“We don’t know your other name, sir,” rejoined Tom, eyeing the bad man with every outward sign of courtesy.
“I’m just plain Pete. Savvy that?
“Certainly, Plain Pete,” Reade nodded.
Pete dropped his soup spoon with a clatter letting his right hand fall to the holster.
“Be quiet, Pete,” warned Blaisdell, his eyes shooting a cold glance at the angry man. “Reade is a newcomer, not used to our ways yet. Remember that this is a gentleman’s club.”
“Then let him get out,” warned Pete blackly.
“He belongs here by right, Pete, and you’re a guest. Of course we enjoy having you here with us, but, if you don’t care to take us as you find us, the fellows in the chainmen’s mess will be glad to have you join them.”
“That tenderfoot is only a boy,” growled Pete. “If he can’t hold his tongue when men are around, then I’ll teach him how.”
“Reade hasn’t done anything to offend you,” returned Blaisdell, half sternly, half goodhumoredly. “You let him alone, and he’ll let you alone. I’m sure of that.”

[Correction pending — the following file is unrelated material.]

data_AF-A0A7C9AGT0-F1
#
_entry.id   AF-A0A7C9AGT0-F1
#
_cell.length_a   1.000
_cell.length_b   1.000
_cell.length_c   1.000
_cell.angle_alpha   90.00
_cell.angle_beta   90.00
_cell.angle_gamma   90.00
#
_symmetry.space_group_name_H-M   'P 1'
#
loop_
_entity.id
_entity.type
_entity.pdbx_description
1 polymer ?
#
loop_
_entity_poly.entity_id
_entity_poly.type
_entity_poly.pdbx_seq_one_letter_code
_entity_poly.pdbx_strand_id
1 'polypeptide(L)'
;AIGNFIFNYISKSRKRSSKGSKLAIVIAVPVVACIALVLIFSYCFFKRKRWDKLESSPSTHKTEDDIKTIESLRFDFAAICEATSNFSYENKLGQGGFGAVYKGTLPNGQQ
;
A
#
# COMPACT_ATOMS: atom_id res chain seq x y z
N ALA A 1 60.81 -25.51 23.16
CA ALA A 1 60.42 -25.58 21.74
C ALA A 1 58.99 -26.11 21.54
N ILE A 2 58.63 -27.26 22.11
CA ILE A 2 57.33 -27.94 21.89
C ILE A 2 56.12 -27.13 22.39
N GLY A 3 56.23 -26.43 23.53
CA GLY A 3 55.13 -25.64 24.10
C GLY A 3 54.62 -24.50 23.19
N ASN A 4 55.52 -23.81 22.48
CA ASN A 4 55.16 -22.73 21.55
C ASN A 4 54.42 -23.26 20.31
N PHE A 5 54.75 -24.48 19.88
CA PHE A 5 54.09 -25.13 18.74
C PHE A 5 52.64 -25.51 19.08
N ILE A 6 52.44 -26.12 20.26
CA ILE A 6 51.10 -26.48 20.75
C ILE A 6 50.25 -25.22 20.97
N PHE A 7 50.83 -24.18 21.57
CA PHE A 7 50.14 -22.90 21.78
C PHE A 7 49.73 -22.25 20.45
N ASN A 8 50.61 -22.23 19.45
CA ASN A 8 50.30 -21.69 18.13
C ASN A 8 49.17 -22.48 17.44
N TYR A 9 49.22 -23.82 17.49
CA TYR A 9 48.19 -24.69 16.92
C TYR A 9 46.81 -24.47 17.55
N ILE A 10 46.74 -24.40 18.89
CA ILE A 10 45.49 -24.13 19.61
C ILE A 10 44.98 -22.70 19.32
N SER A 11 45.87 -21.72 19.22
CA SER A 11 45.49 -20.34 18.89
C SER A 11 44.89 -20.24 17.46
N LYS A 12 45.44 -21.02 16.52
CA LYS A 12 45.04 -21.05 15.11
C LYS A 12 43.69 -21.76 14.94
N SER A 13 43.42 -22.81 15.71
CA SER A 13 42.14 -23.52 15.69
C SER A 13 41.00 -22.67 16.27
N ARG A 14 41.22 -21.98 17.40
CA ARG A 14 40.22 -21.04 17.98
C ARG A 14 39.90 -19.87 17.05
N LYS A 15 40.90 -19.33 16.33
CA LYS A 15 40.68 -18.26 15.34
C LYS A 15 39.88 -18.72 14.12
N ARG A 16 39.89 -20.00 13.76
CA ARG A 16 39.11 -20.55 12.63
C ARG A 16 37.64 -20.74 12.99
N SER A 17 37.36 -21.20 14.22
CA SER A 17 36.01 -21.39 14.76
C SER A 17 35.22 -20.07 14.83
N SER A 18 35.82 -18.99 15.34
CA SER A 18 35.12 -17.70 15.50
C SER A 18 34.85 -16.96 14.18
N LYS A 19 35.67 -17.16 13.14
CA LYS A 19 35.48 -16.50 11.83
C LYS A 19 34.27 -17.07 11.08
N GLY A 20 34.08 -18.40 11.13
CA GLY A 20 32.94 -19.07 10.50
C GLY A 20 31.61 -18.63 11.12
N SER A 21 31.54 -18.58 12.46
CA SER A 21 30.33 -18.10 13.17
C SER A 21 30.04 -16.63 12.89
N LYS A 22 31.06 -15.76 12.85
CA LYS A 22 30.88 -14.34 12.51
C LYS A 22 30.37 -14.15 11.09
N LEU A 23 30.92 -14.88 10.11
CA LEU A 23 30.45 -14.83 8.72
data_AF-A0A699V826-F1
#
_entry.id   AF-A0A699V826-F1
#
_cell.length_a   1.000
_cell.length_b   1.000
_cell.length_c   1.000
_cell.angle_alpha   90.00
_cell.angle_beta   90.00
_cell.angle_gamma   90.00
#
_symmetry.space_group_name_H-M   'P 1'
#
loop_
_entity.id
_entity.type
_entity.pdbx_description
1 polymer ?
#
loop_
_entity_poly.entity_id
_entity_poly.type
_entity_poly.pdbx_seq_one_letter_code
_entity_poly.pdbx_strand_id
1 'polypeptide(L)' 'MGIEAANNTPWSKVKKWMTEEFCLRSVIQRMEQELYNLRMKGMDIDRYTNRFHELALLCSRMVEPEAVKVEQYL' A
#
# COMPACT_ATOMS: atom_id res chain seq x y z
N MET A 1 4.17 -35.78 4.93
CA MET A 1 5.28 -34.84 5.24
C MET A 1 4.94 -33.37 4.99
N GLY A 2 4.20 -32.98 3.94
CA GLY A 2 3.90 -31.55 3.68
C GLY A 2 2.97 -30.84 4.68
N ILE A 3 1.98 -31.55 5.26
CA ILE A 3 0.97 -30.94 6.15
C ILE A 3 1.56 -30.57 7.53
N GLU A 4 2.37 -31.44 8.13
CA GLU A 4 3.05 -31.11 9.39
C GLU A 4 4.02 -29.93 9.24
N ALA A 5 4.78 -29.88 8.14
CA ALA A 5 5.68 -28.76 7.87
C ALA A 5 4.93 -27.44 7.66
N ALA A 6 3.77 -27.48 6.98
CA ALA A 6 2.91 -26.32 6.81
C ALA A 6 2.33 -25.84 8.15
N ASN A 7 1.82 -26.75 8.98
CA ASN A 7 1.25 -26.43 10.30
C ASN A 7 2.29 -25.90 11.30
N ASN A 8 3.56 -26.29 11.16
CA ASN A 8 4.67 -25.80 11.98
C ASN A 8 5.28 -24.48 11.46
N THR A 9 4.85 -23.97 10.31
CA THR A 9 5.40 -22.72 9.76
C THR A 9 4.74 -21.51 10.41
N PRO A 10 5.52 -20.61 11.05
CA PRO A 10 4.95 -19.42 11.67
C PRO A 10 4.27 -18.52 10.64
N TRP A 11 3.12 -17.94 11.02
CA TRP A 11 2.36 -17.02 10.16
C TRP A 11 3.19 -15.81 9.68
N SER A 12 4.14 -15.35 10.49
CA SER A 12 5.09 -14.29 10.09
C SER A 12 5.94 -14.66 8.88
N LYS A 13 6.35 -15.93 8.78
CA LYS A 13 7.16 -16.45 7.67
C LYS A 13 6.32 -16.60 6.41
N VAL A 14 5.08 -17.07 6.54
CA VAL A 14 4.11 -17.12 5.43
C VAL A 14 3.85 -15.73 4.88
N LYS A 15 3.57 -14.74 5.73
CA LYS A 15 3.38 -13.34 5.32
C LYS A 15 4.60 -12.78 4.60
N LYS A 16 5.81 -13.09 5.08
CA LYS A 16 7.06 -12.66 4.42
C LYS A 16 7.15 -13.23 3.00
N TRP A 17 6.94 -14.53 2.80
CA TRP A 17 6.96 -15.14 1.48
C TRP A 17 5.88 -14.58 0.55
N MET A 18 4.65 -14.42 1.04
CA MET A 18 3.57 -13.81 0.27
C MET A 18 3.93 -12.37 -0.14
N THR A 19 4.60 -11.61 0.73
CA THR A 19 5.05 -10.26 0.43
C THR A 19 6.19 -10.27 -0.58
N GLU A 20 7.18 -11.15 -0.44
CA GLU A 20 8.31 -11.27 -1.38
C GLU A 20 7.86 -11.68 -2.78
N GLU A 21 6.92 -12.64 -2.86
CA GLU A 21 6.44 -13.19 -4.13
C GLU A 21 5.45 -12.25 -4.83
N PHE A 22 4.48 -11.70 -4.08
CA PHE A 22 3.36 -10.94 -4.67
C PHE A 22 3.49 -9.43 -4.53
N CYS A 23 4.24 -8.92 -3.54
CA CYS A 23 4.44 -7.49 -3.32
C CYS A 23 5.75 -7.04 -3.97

“Blaisdell, if you don’t see that I’m treated right in this mess, I’ll teach you something, too,” flared Bad Pete.
“Threatening the president of the mess is a breach of courtesy on the part of any guest who attempts it,” spoke Blaisdell again. “Gentlemen, what is your pleasure?”
“I move,” suggested Slim Morris quietly, “that Pete be considered no longer a member or guest of this mess.”
“Second the motion,” cried Rutter, Rice and Grant together.
“The motion appears to have been carried, without the necessity for putting it,” declared Mr. Blaisdell. “Pete, you have heard the pleasure of the mess.”
“Huh!” scowled Bad Pete, picking up his soup plate and draining it.
Jake Wren, at this moment, entered with a big platter of roast beef, Bob, the helper, following with dishes of vegetables. Then Bob came in with plates, which he placed before Blaisdell. The latter counted the plates, finding eight.
“We shan’t need this plate, Bob,” declared Blaisdell evenly, handing it back. Then he began to carve.
“Put that plate back with the rest, Bob, you pop-eyed coyote,” ordered Bad Pete.
Bob, looking uneasy, started to do so, but Blaisdell waved him away. At that instant Jake Wren came back into the tent.
“For the present, Jake,” went on the assistant engineer, “serve only for seven in this tent. Pete is leaving us.”
“Do you mean-----” flared Pete, leaping to his feet and striding toward the engineer.
“I mean,” responded Blaisdell, without looking up, “that we hope the chainmen’s mess will take you on. But if they don’t like you, they don’t have to do so.”
For ten seconds, while Pete stood glaring at Blaisdell, it looked as though the late guest would draw his revolver. Pete was swallowing hard, his face having turned lead color.